The Stricture of Scientific Resolutions
Access Research Network
October 12, 2004
The Biological Society of Washington (BSW) has come up with a "new and improved" statement about the Stephen Meyer article that it published in its August 4, 2004 issue. The statement is reproduced below:
The paper by Stephen C. Meyer, "The origin of biological information and the higher taxonomic categories," in vol. 117, no. 2, pp. 213-239 of the Proceedings of the Biological Society of Washington, was published at the discretion of the former editor, Richard v. Sternberg. Contrary to typical editorial practices, the paper was published without review by any associate editor; Sternberg handled the entire review process. The Council, which includes officers, elected councilors, and past presidents, and the associate editors would have deemed the paper inappropriate for the pages of the Proceedings because the subject matter represents such a significant departure from the nearly purely systematic content for which this journal has been known throughout its 122-year history. For the same reason, the journal will not publish a rebuttal to the thesis of the paper, the superiority of intelligent design (ID) over evolution as an explanation of the emergence of Cambrian body-plan diversity. The Council endorses a resolution on ID published by the American Association for the Advancement of Science (www.aaas.org/news/releases/2002/1106id2.shtml), which observes that there is no credible scientific evidence supporting ID as a testable hypothesis to explain the origin of organic diversity. Accordingly, the Meyer paper does not meet the scientific standards of the Proceedings Most interesting about the statement is the logic it employs. Near the end of the first paragraph it reads: "The Council endorses a resolution on ID published by the American Association for the Advancement of Science, ... which observes that there is no credible scientific evidence supporting ID as a testable hypothesis to explain the origin of organic diversity. Accordingly, the Meyer paper does not meet the scientific standards of the Proceedings."
We have reviewed and revised editorial policies to ensure that the goals of the Society, as reflected in its journal, are clearly understood by all. Through a web presence (http://www.biolsocwash.org) and improvements in the journal, the Society hopes not only to continue but to increase its service to the world community of systematic biologists.
This statement mainly makes explicit what was implicit in the previous statement (though the president and current managing editor had been pretty explicit in their comments to the press). Since I covered the accusations against Sternberg in my previous Wedge Update, I won't rehash that material here.
In other words, because a resolution by the AAAS board "observes" that there is "no credible scientific evidence" supporting intelligent design, the BSW has determined that Meyer's article "does not meet the scientific standards of the Proceedings." And that's despite the (apparently irrelevant) fact that three independent reviewers said it did.
It's also despite the fact that the AAAS resolution is a politically motivated document, put together by people who know relatively little about ID. Indeed, after the AAAS board initially released its resolution, the Discovery Institute's John West contacted board members by e-mail and found that the resolution was essentially based on a couple of books read by staffers and a few Web documents. The board members who responded indicated that they themselves had read nothing—except for one who said she’d read some stuff on the Web but couldn’t remember what it was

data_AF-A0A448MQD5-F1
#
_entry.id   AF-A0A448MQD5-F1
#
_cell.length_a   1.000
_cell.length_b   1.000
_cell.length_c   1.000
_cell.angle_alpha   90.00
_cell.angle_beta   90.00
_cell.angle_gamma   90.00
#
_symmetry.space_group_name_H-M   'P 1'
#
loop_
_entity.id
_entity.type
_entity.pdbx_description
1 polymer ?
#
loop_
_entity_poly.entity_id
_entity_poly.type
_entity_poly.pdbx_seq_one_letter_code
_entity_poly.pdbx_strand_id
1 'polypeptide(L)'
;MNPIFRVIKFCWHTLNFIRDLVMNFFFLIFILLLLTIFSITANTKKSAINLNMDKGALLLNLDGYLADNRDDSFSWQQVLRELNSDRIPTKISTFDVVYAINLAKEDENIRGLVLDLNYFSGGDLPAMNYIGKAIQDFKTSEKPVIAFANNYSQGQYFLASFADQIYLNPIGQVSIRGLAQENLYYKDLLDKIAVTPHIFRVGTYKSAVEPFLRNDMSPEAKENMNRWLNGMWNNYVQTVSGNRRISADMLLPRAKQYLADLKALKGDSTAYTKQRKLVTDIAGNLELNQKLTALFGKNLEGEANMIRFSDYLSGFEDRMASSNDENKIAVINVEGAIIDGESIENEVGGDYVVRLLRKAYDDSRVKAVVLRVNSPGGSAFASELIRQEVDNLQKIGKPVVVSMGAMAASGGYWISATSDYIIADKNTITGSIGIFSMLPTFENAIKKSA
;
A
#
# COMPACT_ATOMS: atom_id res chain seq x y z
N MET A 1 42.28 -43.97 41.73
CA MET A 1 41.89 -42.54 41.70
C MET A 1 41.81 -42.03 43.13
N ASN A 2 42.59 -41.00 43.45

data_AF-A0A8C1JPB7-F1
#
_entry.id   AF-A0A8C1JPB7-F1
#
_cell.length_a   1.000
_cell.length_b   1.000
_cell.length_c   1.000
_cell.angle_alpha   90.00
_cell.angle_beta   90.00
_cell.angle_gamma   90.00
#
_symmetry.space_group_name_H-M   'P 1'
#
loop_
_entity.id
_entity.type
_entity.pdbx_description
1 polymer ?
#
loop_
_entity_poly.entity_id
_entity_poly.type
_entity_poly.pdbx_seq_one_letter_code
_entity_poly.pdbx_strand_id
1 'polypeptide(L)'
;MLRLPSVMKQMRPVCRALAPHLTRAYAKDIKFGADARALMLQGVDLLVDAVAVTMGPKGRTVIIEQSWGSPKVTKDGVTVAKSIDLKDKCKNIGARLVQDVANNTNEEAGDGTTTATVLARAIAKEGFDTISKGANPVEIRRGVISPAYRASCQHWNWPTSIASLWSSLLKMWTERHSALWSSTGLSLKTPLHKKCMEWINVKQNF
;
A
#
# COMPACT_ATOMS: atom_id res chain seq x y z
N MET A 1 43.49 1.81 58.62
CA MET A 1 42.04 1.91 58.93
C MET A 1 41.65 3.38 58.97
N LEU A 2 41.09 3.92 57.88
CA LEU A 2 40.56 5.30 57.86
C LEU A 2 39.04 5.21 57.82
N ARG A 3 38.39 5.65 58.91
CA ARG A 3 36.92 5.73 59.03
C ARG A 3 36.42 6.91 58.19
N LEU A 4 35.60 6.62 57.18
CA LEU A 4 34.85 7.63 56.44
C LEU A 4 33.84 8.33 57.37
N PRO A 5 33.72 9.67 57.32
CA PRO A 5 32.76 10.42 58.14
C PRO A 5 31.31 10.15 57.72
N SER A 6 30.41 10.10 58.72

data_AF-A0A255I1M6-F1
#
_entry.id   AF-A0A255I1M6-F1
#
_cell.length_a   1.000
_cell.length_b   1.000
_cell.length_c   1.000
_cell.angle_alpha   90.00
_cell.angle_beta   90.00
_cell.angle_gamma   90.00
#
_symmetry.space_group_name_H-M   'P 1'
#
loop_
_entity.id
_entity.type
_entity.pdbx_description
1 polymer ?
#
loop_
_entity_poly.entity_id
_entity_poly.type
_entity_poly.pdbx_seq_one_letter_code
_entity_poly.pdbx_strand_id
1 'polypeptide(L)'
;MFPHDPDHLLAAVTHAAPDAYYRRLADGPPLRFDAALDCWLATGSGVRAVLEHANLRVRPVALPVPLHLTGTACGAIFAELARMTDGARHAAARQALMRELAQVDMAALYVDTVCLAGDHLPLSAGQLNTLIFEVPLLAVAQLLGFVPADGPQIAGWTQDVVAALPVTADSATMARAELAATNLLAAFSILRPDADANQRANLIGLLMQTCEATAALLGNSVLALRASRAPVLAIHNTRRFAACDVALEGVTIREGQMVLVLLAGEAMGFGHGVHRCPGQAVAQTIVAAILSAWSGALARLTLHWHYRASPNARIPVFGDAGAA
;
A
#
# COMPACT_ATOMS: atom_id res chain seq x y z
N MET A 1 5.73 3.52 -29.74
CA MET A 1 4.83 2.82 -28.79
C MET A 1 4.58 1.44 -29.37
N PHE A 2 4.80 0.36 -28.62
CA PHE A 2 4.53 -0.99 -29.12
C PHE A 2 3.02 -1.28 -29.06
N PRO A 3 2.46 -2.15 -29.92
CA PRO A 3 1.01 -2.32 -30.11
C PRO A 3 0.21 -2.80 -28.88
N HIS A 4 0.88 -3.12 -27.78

These facts notwithstanding, the Council has announced that it has "reviewed and revised editorial policies," presumably to make sure that no paper like Meyer's is published in the journal again, no matter what its actual relevance or scientific merits.
Ironically, though, by publishing and then repudiating the Meyer paper, the BSW has done the seemingly impossible. Not only has it given ID proponents a publication in a peer-reviewed biology journal, it has also handed a smoking gun to those ID proponents who argue that the peer-review process is unfairly stacked against them.
Quite a feat for a single journal.
There's no telling how the controversy over Meyer's paper will shake out. But whether the anti-design camp wins or loses, the BSW has tarnished its image—not by publishing Meyer's paper, but by the bumbling, disingenuous way it has handled the fallout.
If I were them, I'd have to wonder: Was it really worth it?
 Note: Some may claim that I am taking these last two sentences out of context. However, the previous sentences of the paragraph concern only the alleged "inappropriateness" of Meyer's article. That standard is also cited as the reason the journal will not run any rebuttals to the piece. Yet it's doubtful that the BSW would claim that such a rebuttal would fail to meet the scientific (as opposed to the relevancy) standards of the journal.
 John West, personal communication
Mark Hartwig has a Ph.D. in educational psychology from the University of California, Santa Barbara, specializing in statistics and research design. He was an early organizer of the intelligent design movement and for 10 years was managing editor of the journal Origins Research, now published as Origins and Design. He writes a regular column for Access Research Network at www.arn.org.
The work of Discovery Institute is made possible by the generosity of its members. Click here to donate.